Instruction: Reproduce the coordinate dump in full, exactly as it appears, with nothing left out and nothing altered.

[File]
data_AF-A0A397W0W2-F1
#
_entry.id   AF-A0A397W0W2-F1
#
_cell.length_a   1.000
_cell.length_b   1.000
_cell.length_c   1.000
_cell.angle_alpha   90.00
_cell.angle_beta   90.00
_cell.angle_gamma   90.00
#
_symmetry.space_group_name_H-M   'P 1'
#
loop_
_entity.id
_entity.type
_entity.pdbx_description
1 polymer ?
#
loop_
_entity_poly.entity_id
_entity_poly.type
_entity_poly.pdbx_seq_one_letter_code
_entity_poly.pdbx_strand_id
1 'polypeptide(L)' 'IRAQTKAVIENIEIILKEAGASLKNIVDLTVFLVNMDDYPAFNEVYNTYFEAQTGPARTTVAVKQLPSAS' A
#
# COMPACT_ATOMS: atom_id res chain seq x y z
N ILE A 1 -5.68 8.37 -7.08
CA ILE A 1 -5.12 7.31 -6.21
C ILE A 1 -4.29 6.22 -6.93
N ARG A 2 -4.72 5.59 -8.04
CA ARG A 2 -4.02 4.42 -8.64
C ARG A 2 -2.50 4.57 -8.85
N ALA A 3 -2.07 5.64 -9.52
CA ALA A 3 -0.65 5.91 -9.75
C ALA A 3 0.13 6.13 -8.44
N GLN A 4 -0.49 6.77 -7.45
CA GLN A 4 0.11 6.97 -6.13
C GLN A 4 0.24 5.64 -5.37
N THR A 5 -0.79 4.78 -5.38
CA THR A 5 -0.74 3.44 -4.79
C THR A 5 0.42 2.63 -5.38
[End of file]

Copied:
data_AF-A0A397W0W2-F1
#
_entry.id   AF-A0A397W0W2-F1
#
_cell.length_a   1.000
_cell.length_b   1.000
_cell.length_c   1.000
_cell.angle_alpha   90.00
_cell.angle_beta   90.00
_cell.angle_gamma   90.00
#
_symmetry.space_group_name_H-M   'P 1'
#
loop_
_entity.id
_entity.type
_entity.pdbx_description
1 polymer ?
#
loop_
_entity_poly.entity_id
_entity_poly.type
_entity_poly.pdbx_seq_one_letter_code
_entity_poly.pdbx_strand_id
1 'polypeptide(L)' 'IRAQTKAVIENIEIILKEAGASLKNIVDLTVFLVNMDDYPAFNEVYNTYFEAQTGPARTTVAVKQLPSAS' A
#
# COMPACT_ATOMS: atom_id res chain seq x y z
N ILE A 1 -5.68 8.37 -7.08
CA ILE A 1 -5.12 7.31 -6.21
C ILE A 1 -4.29 6.22 -6.93
N ARG A 2 -4.72 5.59 -8.04
CA ARG A 2 -4.02 4.42 -8.64
C ARG A 2 -2.50 4.57 -8.85
N ALA A 3 -2.07 5.64 -9.52
CA ALA A 3 -0.65 5.91 -9.75
C ALA A 3 0.13 6.13 -8.44
N GLN A 4 -0.49 6.77 -7.45
CA GLN A 4 0.11 6.97 -6.13
C GLN A 4 0.24 5.64 -5.37
N THR A 5 -0.79 4.78 -5.38
CA THR A 5 -0.74 3.44 -4.79
C THR A 5 0.42 2.63 -5.38